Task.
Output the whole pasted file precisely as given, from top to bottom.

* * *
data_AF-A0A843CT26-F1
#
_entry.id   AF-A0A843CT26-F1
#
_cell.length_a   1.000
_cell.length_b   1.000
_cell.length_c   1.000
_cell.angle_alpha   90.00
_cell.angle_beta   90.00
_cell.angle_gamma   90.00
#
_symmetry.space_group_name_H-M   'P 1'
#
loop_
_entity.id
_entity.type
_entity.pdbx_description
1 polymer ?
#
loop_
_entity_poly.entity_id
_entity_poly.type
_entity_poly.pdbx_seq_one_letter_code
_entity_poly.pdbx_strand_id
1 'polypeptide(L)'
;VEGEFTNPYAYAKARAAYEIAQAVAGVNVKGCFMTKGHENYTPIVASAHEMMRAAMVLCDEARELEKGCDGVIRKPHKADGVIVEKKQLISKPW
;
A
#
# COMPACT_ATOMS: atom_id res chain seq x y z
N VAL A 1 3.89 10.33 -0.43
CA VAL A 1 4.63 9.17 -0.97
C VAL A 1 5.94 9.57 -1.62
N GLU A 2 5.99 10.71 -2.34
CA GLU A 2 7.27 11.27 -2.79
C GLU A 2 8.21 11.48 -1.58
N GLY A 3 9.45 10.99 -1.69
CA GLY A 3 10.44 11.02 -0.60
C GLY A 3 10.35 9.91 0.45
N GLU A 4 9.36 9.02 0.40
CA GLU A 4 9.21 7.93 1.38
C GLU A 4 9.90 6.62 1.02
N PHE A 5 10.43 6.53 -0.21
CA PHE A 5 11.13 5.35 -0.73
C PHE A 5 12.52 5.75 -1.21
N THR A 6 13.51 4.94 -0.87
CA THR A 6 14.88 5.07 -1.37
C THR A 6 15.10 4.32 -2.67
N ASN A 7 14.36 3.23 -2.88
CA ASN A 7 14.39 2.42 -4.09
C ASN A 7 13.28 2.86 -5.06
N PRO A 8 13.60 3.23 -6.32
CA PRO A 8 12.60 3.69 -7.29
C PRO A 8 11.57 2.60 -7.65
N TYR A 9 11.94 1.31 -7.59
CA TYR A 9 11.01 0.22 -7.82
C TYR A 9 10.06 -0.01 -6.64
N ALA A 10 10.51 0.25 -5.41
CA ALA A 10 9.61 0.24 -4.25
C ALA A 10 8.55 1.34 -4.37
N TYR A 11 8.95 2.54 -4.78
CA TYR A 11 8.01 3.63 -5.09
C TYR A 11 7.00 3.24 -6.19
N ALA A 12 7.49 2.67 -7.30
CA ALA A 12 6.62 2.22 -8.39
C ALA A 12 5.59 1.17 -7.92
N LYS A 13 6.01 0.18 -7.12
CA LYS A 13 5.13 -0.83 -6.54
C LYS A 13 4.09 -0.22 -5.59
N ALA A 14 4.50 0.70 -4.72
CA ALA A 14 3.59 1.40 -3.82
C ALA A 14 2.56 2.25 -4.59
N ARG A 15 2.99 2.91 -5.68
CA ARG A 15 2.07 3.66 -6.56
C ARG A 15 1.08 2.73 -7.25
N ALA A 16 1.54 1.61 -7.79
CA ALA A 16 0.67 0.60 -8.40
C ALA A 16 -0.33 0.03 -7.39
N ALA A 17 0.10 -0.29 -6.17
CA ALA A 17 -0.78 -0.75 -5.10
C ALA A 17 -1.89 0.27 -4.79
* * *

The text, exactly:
data_AF-A0A843CT26-F1
#
_entry.id   AF-A0A843CT26-F1
#
_cell.length_a   1.000
_cell.length_b   1.000
_cell.length_c   1.000
_cell.angle_alpha   90.00
_cell.angle_beta   90.00
_cell.angle_gamma   90.00
#
_symmetry.space_group_name_H-M   'P 1'
#
loop_
_entity.id
_entity.type
_entity.pdbx_description
1 polymer ?
#
loop_
_entity_poly.entity_id
_entity_poly.type
_entity_poly.pdbx_seq_one_letter_code
_entity_poly.pdbx_strand_id
1 'polypeptide(L)'
;VEGEFTNPYAYAKARAAYEIAQAVAGVNVKGCFMTKGHENYTPIVASAHEMMRAAMVLCDEARELEKGCDGVIRKPHKADGVIVEKKQLISKPW
;
A
#
# COMPACT_ATOMS: atom_id res chain seq x y z
N VAL A 1 3.89 10.33 -0.43
CA VAL A 1 4.63 9.17 -0.97
C VAL A 1 5.94 9.57 -1.62
N GLU A 2 5.99 10.71 -2.34
CA GLU A 2 7.27 11.27 -2.79
C GLU A 2 8.21 11.48 -1.58
N GLY A 3 9.45 10.99 -1.69
CA GLY A 3 10.44 11.02 -0.60
C GLY A 3 10.35 9.91 0.45
N GLU A 4 9.36 9.02 0.40
CA GLU A 4 9.21 7.93 1.38
C GLU A 4 9.90 6.62 1.02
N PHE A 5 10.43 6.53 -0.21
CA PHE A 5 11.13 5.35 -0.73
C PHE A 5 12.52 5.75 -1.21
N THR A 6 13.51 4.94 -0.87
CA THR A 6 14.88 5.07 -1.37
C THR A 6 15.10 4.32 -2.67
N ASN A 7 14.36 3.23 -2.88
CA ASN A 7 14.39 2.42 -4.09
C ASN A 7 13.28 2.86 -5.06
N PRO A 8 13.60 3.23 -6.32
CA PRO A 8 12.60 3.69 -7.29
C PRO A 8 11.57 2.60 -7.65
N TYR A 9 11.94 1.31 -7.59
CA TYR A 9 11.01 0.22 -7.82
C TYR A 9 10.06 -0.01 -6.64
N ALA A 10 10.51 0.25 -5.41
CA ALA A 10 9.61 0.24 -4.25
C ALA A 10 8.55 1.34 -4.37
N TYR A 11 8.95 2.54 -4.78
CA TYR A 11 8.01 3.63 -5.09
C TYR A 11 7.00 3.24 -6.19
N ALA A 12 7.49 2.67 -7.30
CA ALA A 12 6.62 2.22 -8.39
C ALA A 12 5.59 1.17 -7.92
N LYS A 13 6.01 0.18 -7.12
CA LYS A 13 5.13 -0.83 -6.54
C LYS A 13 4.09 -0.22 -5.59
N ALA A 14 4.50 0.70 -4.72
CA ALA A 14 3.59 1.40 -3.82
C ALA A 14 2.56 2.25 -4.59
N ARG A 15 2.99 2.91 -5.68
CA ARG A 15 2.07 3.66 -6.56
C ARG A 15 1.08 2.73 -7.25
N ALA A 16 1.54 1.61 -7.79
CA ALA A 16 0.67 0.60 -8.40
C ALA A 16 -0.33 0.03 -7.39
N ALA A 17 0.10 -0.29 -6.17
CA ALA A 17 -0.78 -0.75 -5.10
C ALA A 17 -1.89 0.27 -4.79